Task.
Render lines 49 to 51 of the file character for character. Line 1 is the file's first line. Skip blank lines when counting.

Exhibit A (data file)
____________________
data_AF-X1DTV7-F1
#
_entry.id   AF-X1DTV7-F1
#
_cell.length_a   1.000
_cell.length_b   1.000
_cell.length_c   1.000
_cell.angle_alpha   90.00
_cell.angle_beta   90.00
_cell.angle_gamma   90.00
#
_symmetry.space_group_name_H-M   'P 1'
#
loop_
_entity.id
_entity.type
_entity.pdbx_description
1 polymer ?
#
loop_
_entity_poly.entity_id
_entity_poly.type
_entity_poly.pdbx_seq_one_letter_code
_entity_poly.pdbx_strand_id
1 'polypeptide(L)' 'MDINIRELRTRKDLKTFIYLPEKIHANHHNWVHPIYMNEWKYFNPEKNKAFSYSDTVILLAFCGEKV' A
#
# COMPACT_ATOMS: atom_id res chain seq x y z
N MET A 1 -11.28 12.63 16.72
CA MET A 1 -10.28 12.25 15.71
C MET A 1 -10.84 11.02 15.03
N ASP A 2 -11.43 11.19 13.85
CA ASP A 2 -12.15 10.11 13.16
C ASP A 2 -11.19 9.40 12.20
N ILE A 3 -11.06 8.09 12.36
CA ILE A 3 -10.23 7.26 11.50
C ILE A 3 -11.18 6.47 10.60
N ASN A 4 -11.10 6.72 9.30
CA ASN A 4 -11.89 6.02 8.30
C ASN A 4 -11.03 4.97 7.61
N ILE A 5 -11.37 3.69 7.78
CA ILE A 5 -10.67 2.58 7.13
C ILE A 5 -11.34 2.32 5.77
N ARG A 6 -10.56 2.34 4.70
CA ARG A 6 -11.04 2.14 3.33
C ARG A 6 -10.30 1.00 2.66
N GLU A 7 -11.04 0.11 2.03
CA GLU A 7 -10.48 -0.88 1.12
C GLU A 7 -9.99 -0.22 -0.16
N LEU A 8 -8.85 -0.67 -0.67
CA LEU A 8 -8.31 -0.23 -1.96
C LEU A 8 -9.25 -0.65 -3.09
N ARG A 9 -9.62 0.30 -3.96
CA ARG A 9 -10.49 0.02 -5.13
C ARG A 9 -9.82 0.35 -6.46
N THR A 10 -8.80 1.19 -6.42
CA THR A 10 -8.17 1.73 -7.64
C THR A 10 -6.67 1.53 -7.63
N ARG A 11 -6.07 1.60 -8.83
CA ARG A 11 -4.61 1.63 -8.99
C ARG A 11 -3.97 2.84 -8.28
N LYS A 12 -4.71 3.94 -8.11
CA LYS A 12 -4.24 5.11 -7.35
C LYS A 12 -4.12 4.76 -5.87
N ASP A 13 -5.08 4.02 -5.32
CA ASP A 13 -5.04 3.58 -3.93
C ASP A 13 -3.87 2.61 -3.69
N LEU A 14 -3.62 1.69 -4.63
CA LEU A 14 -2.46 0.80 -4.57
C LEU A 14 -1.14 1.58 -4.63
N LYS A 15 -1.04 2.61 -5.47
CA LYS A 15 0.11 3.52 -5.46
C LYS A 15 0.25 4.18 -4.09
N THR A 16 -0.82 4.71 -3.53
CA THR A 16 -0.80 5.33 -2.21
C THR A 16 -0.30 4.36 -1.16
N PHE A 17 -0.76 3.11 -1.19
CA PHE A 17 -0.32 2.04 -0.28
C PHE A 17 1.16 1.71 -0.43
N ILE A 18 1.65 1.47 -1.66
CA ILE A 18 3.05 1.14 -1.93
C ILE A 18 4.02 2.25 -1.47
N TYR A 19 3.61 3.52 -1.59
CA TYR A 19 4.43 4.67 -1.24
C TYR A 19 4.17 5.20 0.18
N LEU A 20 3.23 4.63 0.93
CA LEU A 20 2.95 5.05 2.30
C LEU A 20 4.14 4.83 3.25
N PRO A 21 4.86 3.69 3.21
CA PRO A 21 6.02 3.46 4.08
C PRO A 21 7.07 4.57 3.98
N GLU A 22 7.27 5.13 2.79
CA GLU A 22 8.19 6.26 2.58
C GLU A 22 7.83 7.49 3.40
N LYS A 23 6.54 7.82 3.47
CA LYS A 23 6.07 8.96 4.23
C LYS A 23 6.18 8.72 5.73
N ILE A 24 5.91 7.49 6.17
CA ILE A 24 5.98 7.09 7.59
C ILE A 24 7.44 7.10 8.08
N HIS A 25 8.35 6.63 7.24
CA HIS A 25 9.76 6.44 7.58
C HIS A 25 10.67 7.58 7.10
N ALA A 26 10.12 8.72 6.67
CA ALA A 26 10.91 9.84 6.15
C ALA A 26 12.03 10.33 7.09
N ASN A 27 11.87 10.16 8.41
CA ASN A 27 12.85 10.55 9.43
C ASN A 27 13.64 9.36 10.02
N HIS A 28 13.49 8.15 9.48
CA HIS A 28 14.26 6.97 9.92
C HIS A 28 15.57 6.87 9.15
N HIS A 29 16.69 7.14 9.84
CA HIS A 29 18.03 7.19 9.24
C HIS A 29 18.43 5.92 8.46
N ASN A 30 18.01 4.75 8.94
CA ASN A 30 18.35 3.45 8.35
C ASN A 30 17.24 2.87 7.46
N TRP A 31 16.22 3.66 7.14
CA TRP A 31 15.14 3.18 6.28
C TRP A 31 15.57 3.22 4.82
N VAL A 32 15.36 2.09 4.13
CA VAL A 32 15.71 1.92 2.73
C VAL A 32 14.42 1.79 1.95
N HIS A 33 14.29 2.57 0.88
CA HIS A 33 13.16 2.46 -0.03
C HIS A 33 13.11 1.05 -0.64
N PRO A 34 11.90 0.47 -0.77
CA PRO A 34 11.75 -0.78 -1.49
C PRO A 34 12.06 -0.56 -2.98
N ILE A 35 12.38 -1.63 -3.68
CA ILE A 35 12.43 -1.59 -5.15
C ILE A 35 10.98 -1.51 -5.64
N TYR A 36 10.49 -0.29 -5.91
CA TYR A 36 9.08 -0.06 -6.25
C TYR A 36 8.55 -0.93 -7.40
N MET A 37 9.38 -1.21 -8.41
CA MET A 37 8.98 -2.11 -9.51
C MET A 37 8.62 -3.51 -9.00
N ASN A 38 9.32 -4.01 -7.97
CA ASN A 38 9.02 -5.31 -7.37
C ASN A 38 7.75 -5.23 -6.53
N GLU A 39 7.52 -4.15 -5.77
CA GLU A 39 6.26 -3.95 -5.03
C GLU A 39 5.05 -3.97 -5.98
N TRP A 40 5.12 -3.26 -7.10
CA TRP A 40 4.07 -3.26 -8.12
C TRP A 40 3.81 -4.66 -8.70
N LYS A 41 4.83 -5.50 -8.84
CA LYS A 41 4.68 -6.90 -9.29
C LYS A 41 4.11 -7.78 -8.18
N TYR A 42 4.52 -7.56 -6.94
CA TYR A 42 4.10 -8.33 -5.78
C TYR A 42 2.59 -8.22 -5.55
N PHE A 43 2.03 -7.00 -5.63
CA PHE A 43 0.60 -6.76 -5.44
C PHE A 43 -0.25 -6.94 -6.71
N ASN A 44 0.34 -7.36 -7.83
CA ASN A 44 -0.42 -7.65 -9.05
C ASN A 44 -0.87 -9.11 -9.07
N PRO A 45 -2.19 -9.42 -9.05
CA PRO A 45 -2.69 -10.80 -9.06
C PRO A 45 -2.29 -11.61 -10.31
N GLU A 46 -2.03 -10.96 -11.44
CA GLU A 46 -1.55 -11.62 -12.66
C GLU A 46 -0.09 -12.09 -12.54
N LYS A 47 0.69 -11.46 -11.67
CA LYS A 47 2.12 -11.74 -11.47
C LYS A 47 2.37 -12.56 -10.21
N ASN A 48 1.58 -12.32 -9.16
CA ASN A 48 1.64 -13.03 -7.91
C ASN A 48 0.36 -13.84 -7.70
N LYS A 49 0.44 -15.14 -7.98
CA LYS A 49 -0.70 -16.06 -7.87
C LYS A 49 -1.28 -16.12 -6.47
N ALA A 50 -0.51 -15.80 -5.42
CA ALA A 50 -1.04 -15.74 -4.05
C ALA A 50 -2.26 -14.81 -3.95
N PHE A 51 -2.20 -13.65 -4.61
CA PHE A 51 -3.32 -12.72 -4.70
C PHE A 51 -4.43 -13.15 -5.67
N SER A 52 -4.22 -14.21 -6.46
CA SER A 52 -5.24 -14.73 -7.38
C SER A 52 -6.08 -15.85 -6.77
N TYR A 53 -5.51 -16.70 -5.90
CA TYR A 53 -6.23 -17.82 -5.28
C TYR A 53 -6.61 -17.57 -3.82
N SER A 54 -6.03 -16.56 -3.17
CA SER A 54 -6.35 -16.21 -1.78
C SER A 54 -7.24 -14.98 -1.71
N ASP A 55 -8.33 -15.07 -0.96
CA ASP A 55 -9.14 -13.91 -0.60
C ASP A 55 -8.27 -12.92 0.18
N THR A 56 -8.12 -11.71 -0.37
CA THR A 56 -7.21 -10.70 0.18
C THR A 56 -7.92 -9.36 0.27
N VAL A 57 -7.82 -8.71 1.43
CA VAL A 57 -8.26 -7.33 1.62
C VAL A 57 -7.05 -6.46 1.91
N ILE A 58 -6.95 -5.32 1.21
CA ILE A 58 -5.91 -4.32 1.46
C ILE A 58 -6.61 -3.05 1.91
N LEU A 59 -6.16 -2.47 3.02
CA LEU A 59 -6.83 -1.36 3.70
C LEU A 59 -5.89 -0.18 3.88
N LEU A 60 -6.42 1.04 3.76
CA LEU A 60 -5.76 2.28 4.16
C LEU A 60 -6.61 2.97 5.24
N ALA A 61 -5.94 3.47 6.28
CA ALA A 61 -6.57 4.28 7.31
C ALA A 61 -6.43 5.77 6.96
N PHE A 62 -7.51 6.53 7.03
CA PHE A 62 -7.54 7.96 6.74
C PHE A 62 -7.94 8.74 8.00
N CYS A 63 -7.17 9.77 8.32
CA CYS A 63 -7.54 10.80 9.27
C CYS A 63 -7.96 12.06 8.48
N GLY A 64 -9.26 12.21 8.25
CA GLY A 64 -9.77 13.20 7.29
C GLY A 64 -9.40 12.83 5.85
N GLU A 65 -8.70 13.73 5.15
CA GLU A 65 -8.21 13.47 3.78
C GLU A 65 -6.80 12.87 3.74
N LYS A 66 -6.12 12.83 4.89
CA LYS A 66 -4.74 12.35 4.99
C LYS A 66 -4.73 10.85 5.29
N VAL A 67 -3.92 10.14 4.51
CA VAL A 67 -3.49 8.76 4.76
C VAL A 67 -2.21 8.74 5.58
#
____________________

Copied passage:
N LEU A 8 -8.85 -0.67 -0.67
CA LEU A 8 -8.31 -0.23 -1.96
C LEU A 8 -9.25 -0.65 -3.09